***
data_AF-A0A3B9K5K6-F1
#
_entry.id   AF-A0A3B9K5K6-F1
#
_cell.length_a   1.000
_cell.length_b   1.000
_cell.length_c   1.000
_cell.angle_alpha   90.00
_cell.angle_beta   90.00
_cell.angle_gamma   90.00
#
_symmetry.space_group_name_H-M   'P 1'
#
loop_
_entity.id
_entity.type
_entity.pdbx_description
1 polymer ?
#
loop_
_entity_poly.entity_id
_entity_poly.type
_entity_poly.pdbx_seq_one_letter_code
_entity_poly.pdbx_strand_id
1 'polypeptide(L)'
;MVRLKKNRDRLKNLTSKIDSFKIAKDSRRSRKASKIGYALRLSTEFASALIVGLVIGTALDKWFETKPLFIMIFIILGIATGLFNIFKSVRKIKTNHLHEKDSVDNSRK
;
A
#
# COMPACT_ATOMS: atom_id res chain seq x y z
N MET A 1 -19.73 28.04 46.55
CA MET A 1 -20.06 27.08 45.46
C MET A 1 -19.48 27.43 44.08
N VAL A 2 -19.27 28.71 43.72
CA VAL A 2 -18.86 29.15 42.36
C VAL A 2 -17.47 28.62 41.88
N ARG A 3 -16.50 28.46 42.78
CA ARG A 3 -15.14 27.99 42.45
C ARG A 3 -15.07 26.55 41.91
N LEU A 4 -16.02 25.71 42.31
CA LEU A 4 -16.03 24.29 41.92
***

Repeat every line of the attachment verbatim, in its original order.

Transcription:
data_AF-A0A3B9K5K6-F1
#
_entry.id   AF-A0A3B9K5K6-F1
#
_cell.length_a   1.000
_cell.length_b   1.000
_cell.length_c   1.000
_cell.angle_alpha   90.00
_cell.angle_beta   90.00
_cell.angle_gamma   90.00
#
_symmetry.space_group_name_H-M   'P 1'
#
loop_
_entity.id
_entity.type
_entity.pdbx_description
1 polymer ?
#
loop_
_entity_poly.entity_id
_entity_poly.type
_entity_poly.pdbx_seq_one_letter_code
_entity_poly.pdbx_strand_id
1 'polypeptide(L)'
;MVRLKKNRDRLKNLTSKIDSFKIAKDSRRSRKASKIGYALRLSTEFASALIVGLVIGTALDKWFETKPLFIMIFIILGIATGLFNIFKSVRKIKTNHLHEKDSVDNSRK
;
A
#
# COMPACT_ATOMS: atom_id res chain seq x y z
N MET A 1 -19.73 28.04 46.55
CA MET A 1 -20.06 27.08 45.46
C MET A 1 -19.48 27.43 44.08
N VAL A 2 -19.27 28.71 43.72
CA VAL A 2 -18.86 29.15 42.36
C VAL A 2 -17.47 28.62 41.88
N ARG A 3 -16.50 28.46 42.78
CA ARG A 3 -15.14 27.99 42.45
C ARG A 3 -15.07 26.55 41.91
N LEU A 4 -16.02 25.71 42.31
CA LEU A 4 -16.03 24.29 41.92